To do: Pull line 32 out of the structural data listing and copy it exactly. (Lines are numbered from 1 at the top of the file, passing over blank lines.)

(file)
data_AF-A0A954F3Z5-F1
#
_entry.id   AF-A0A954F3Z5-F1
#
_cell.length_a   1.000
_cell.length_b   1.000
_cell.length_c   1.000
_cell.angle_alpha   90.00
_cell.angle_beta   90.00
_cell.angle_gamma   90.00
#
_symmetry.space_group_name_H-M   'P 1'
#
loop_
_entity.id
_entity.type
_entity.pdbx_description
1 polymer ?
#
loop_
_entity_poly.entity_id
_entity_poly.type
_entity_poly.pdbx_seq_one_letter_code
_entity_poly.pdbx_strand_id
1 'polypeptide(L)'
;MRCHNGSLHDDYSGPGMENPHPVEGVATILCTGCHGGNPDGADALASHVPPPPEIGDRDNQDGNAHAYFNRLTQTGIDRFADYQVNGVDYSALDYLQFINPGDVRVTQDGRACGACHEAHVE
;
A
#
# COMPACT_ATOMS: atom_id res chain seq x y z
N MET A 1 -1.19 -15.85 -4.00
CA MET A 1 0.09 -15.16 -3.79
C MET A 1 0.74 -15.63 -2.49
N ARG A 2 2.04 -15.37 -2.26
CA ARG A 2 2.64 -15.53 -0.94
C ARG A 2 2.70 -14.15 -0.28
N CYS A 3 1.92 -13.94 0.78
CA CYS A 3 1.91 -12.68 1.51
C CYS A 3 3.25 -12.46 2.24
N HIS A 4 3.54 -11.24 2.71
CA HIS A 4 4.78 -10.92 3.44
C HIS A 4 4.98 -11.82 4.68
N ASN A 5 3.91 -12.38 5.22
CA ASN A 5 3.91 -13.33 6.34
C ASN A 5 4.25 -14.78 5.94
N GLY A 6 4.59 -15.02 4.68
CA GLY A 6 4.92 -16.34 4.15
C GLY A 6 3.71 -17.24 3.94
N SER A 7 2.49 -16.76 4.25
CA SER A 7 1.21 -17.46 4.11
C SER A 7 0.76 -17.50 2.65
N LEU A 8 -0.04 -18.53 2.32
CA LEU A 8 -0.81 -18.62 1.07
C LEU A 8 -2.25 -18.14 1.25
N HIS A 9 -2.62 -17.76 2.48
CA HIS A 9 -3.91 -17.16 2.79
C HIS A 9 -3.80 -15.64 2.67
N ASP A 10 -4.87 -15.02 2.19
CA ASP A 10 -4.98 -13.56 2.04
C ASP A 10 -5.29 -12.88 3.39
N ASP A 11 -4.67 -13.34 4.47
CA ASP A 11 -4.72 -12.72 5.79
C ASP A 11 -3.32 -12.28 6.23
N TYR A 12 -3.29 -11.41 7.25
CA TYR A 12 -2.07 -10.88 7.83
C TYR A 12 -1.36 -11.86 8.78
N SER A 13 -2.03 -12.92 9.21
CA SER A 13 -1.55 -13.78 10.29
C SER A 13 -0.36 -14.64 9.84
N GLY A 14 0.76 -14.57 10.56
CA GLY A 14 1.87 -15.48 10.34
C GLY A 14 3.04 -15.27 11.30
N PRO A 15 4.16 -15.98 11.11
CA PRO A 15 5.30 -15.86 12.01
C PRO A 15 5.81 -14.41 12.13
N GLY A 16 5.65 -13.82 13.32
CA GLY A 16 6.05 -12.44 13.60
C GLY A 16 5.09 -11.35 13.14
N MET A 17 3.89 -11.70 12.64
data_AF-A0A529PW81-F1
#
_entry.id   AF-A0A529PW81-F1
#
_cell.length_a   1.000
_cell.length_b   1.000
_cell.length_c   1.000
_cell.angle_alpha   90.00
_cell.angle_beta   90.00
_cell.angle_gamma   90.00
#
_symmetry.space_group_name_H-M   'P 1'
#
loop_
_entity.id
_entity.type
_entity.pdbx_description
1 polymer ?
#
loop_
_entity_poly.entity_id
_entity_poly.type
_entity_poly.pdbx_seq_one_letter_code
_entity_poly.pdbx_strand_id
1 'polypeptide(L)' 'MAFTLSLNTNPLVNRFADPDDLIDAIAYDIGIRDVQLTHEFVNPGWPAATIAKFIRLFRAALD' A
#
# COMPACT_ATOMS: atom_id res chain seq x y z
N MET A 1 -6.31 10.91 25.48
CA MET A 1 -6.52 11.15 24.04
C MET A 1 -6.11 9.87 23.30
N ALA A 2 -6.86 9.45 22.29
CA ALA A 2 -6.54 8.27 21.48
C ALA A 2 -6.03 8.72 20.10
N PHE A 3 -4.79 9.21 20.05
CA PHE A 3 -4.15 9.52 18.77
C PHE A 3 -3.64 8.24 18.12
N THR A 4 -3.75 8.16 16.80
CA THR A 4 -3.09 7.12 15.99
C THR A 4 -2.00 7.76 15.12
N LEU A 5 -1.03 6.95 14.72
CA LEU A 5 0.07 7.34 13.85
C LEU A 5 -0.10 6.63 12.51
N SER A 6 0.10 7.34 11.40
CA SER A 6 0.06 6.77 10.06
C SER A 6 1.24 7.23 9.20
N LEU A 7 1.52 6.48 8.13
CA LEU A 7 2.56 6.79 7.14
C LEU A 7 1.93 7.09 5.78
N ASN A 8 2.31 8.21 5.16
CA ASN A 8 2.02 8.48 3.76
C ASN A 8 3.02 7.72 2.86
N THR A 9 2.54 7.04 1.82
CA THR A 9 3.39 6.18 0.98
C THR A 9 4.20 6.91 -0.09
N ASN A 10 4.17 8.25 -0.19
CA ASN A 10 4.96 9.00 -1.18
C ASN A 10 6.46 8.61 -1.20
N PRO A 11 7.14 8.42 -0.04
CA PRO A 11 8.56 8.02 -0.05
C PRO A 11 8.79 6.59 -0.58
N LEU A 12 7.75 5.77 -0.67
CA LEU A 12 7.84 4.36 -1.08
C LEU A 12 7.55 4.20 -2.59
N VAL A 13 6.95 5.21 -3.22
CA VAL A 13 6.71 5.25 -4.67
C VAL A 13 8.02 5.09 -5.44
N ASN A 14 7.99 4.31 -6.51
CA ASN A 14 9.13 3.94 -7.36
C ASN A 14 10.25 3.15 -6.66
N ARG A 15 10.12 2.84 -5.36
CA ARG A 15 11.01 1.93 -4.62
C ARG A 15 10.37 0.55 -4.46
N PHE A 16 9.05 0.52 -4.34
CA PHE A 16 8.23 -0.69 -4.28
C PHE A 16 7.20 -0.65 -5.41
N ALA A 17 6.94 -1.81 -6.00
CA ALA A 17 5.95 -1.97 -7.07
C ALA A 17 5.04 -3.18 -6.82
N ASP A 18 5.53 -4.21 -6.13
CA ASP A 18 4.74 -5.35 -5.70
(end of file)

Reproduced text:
CA MET A 1 0.09 -15.16 -3.79